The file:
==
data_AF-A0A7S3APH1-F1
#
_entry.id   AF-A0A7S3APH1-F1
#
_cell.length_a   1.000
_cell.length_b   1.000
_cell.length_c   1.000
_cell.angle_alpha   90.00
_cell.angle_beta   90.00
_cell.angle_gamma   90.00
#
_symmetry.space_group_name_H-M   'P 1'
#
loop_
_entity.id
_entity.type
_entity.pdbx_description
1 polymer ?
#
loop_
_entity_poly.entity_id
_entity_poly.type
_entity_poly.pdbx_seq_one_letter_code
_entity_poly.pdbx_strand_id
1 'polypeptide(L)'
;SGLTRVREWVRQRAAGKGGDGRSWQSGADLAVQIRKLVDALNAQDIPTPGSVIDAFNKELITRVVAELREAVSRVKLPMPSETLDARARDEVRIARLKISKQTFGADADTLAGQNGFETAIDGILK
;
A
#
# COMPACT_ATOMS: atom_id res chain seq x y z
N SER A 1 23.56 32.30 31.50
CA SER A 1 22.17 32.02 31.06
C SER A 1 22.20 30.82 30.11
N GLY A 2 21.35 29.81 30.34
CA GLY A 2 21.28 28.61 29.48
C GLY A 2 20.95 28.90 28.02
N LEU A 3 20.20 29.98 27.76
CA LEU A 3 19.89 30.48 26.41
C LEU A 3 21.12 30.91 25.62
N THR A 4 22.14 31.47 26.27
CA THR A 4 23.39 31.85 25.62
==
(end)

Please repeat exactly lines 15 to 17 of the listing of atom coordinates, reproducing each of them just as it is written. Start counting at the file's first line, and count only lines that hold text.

_entity.id
_entity.type
_entity.pdbx_description